Month: November 2017

Recommendations for Horse Feeding

Feed in small quantities and frequently

Your digestion is adapted to have a slow feed, your stomach is small, however your intestines are large which allows them to store food in the digestive process. When eating, the food goes to the intestines to have full stomach in two thirds (when it has a better performance), continues to pass at the same speed that was taken by the mouth. When the horse does some kind of work it is important that he gets his basic foods such as hay or grass, complete meals of good taste and reduced or concentrated foods, if large, distend the stomach, presenting a natural imbalance causing indigestion or colic , which can be very painful and of great risk if it is not attended correctly. The approximate ration of ingestion of the horse goes of 1.30 kg. and of 1.80 kg. of concentrates, example oats, mixed with a proportional amount of bran and straw. If fed with synthetic tablets these can be given in greater volume (up to 2.70 kg.), because of their high content of fibers are ingested at a lower speed. If you need more food, you are given an additional portion, taking into account the regular amount established. The exception is the spring grass which represents a good-tasting food and is swallowed too quickly during the first days of the year. Want more info? Visiting is recommended.

After a hearty meal, your horse should not be assigned heavy work.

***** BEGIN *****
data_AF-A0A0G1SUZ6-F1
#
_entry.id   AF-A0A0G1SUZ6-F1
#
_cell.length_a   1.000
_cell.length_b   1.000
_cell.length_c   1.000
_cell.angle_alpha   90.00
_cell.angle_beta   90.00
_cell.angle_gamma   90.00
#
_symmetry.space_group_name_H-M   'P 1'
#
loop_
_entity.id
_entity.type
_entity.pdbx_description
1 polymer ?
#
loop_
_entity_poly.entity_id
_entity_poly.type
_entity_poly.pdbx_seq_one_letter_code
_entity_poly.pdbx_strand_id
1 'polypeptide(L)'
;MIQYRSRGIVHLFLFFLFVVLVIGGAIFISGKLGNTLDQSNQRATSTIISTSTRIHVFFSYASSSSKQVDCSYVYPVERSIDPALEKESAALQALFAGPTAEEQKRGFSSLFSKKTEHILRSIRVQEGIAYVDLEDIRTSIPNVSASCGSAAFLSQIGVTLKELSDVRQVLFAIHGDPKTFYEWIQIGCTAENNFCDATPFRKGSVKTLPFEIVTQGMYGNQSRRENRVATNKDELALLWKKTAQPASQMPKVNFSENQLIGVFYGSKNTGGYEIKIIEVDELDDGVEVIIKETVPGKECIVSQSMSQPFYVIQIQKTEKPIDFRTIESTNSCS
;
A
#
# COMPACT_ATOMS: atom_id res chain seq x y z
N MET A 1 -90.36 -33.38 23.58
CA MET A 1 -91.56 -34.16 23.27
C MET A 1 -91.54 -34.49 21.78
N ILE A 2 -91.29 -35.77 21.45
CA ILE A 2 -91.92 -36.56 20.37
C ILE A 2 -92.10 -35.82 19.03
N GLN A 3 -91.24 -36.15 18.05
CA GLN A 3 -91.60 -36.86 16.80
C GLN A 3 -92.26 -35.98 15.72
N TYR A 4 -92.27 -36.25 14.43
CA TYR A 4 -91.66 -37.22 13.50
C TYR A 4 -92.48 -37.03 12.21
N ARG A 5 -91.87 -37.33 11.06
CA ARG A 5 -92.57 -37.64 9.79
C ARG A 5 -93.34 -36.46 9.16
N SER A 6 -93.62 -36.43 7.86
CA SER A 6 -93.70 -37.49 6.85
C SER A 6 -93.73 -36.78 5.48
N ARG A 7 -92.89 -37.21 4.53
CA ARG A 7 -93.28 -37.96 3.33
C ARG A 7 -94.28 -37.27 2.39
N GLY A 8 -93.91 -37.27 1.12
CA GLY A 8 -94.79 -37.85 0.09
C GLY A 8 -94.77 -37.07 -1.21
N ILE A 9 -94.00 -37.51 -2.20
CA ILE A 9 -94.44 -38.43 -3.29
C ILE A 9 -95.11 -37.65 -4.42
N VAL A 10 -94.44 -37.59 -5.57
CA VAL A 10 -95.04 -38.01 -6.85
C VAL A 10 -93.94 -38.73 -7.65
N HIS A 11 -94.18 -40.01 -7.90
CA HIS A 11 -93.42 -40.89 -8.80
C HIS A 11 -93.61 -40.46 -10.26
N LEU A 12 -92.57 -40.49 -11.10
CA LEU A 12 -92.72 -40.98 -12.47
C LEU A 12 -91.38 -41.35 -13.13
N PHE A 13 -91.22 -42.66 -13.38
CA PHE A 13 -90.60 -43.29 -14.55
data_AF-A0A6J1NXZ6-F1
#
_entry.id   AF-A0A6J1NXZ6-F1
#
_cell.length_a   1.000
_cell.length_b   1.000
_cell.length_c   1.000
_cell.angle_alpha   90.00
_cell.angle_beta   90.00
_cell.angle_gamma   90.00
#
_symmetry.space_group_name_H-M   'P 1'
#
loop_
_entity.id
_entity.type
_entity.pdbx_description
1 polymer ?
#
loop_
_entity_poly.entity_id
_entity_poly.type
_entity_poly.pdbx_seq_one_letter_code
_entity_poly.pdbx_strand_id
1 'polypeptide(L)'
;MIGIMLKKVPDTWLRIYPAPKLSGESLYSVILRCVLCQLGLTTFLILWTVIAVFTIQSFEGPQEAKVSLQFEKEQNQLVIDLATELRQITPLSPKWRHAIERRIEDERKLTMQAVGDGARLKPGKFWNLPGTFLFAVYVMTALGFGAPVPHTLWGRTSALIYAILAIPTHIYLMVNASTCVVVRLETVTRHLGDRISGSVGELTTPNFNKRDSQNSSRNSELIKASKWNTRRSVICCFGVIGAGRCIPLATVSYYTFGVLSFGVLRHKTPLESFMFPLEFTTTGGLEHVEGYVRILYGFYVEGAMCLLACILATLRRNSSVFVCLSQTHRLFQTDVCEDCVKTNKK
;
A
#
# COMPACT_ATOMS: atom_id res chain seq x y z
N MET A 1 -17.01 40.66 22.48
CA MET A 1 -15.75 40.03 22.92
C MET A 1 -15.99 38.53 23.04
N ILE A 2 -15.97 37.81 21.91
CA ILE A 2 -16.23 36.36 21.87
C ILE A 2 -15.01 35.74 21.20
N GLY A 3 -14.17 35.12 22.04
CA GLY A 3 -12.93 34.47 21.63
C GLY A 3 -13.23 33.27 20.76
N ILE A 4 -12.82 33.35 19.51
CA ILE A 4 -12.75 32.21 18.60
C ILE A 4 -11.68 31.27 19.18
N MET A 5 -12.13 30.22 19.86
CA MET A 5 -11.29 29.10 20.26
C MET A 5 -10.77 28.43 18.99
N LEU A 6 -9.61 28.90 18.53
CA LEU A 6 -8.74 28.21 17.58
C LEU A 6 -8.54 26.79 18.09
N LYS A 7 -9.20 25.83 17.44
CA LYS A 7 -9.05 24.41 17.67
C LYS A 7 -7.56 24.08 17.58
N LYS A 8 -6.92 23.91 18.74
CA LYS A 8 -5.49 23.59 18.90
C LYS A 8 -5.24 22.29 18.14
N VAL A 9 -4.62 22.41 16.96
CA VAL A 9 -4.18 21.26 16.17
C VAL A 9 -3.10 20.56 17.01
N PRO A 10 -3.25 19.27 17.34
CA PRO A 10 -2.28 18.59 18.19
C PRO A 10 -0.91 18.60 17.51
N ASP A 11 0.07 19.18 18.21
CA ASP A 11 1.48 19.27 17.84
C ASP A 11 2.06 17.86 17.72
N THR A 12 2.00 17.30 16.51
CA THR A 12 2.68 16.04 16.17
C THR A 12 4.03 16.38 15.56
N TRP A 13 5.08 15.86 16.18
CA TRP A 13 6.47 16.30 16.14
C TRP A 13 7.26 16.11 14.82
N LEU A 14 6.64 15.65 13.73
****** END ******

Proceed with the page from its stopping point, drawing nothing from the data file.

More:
The stomach and intestines of the horse increase in volume after eating a concentrated meal, occupying more space, decreasing the tension of the belly causing pressure on the diaphragm, and compressing the lungs (this prevents them from dilate and contract enough, as a result of which a horse work with a relaxed stomach will suffer discomfort and difficulties in its breathing).

Supply them with large quantities of clean water.

They (the horses) should always have water, so they will not drink too much, because if they do, their speed will decrease in any work they do.

Introduce new foods gradually.

Due to its sensitive nature, not introducing food with the necessary care, can present various discomforts such as colic.

Feed the horse according to the amount of work.

The activities he carries out are important in order to evaluate exactly what is his share of food.

Maintain a routine.

The horse is very picky, and you should feel that its food is adequate that what is given will not harm it, it is important to keep food out of reach of mice; otherwise it may lose its appetite.

Give green food to the stable horse.

Freshly cut grass, tubers or others. Anything helps to compensate for the lack of natural foods in the diet.

A good diet is only determined by experience the exact ration, according to the type of horse and the tasks performed, however it should be taken as a basis that the daily amount of ingestion of a domesticated animal must be in weight to the amount that would consume if he was at liberty.

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Being Prepared For Long Distance Riding

Long distance riding can be quite tricky so it is important that you are well prepared before setting off. This includes taking the right clothing and equipment to knowing where you will sleep and rest. The problem with long distance riding is that you will be a long way from home which makes it more vital that you have undertaken the correct preparation.